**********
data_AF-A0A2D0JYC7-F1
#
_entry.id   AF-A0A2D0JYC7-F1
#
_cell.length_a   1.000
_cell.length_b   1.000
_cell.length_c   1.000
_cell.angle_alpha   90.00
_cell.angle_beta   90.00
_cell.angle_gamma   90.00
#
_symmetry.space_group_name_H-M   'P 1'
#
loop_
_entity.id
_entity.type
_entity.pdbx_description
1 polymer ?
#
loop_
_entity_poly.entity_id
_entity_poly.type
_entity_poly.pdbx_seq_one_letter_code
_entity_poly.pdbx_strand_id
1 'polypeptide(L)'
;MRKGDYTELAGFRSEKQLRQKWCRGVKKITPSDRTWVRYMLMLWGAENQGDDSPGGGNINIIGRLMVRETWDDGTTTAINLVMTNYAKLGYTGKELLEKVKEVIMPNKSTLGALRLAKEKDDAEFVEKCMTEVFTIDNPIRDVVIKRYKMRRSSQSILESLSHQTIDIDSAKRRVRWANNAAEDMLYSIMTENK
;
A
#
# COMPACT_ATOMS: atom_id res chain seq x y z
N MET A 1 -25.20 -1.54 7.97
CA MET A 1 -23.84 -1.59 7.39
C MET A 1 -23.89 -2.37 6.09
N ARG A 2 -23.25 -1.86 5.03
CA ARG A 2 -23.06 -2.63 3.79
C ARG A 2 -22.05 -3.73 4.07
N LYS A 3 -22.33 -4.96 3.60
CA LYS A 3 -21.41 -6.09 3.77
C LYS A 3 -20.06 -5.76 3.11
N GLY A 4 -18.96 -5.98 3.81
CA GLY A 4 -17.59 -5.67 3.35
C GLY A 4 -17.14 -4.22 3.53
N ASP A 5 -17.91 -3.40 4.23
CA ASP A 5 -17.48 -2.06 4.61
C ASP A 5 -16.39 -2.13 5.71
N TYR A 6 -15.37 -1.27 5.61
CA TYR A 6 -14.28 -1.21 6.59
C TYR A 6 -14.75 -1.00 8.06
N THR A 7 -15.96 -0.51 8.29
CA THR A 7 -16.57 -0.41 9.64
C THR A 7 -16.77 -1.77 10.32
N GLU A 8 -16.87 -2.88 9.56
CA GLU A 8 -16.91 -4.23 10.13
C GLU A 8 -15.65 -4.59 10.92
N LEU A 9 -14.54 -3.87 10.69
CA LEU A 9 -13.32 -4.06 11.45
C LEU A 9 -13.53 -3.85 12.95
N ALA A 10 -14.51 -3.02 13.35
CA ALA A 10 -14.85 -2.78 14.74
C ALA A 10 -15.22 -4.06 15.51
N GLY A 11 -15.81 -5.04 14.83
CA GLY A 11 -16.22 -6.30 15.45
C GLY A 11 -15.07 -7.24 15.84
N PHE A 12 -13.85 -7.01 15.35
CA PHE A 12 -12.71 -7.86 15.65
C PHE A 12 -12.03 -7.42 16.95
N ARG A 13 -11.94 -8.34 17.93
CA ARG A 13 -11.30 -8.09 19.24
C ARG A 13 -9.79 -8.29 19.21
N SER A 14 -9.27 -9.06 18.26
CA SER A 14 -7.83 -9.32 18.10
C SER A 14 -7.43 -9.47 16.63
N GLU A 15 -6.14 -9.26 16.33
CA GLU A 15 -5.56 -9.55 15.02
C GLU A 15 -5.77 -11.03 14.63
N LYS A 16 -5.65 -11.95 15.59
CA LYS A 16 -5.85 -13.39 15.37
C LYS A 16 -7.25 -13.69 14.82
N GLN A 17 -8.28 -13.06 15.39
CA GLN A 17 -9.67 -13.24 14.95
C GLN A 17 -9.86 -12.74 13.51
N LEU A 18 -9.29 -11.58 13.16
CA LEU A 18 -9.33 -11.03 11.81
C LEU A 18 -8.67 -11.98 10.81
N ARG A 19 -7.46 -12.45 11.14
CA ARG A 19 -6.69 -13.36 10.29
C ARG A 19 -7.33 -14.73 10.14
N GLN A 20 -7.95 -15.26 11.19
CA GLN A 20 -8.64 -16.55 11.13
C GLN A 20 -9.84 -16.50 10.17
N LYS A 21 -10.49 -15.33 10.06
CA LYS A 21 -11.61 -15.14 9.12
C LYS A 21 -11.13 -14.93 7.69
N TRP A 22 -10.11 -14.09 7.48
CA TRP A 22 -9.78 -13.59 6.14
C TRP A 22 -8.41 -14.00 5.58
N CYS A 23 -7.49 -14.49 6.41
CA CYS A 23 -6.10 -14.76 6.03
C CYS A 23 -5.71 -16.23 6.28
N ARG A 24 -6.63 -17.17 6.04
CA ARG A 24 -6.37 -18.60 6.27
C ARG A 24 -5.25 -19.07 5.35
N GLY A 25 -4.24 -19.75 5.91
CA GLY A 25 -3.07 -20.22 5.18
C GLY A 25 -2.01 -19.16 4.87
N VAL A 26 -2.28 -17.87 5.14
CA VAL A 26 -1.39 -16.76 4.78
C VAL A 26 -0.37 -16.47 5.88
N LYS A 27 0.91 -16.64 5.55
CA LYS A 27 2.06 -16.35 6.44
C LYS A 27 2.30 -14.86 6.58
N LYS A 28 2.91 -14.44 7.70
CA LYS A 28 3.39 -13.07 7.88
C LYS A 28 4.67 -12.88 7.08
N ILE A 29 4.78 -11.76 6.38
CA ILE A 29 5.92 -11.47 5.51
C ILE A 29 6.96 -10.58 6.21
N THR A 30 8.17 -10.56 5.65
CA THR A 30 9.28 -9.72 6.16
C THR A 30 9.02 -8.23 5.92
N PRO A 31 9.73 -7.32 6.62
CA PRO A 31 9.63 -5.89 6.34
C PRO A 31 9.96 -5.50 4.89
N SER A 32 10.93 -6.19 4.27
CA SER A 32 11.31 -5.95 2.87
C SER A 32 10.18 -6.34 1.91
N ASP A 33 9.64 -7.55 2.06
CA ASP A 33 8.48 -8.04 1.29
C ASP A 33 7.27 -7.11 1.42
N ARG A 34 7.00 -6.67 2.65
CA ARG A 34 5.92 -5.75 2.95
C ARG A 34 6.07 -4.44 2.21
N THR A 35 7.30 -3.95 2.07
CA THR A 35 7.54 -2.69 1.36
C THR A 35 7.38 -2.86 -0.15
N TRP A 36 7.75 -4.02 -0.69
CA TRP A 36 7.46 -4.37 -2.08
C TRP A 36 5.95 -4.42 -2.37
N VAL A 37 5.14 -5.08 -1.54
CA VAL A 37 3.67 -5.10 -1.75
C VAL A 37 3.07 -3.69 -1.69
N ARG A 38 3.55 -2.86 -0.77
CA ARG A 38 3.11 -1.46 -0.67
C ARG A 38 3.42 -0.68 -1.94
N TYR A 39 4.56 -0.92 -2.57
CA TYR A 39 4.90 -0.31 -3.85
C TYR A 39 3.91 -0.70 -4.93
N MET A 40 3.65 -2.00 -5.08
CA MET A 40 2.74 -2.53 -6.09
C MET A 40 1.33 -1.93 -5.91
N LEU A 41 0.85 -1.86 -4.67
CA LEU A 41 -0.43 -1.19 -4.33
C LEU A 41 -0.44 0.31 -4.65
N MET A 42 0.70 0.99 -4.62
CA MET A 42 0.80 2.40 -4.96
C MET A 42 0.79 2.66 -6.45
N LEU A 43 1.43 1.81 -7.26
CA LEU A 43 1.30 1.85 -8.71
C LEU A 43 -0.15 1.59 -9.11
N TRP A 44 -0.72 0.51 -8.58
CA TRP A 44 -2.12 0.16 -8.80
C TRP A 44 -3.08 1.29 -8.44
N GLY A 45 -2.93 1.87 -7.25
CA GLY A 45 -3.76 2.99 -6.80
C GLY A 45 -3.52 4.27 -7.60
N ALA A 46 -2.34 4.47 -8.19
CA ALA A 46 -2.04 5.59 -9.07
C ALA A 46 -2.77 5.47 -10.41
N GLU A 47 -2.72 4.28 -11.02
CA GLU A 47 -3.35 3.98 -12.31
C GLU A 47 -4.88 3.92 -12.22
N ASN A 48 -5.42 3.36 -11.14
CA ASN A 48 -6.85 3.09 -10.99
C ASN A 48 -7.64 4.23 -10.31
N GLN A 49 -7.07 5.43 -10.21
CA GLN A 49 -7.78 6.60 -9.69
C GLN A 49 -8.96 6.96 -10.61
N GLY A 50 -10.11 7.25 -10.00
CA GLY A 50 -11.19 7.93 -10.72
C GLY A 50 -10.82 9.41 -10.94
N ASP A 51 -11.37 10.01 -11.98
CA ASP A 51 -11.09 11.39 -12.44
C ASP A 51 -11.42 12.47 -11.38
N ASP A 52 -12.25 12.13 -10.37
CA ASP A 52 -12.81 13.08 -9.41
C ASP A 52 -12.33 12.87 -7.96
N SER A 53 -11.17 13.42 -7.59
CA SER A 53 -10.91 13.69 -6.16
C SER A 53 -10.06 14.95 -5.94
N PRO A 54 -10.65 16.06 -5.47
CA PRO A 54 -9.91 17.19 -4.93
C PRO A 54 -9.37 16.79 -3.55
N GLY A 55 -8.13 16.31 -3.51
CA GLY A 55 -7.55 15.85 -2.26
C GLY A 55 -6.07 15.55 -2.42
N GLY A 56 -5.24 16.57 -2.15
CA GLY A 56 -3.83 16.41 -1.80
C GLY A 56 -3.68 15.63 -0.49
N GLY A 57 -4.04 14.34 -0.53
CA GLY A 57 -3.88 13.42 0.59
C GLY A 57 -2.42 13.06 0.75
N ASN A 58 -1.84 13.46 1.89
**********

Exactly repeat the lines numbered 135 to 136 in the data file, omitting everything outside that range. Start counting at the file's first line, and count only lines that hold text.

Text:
C THR A 35 7.38 -2.86 -0.15
N TRP A 36 7.75 -4.02 -0.69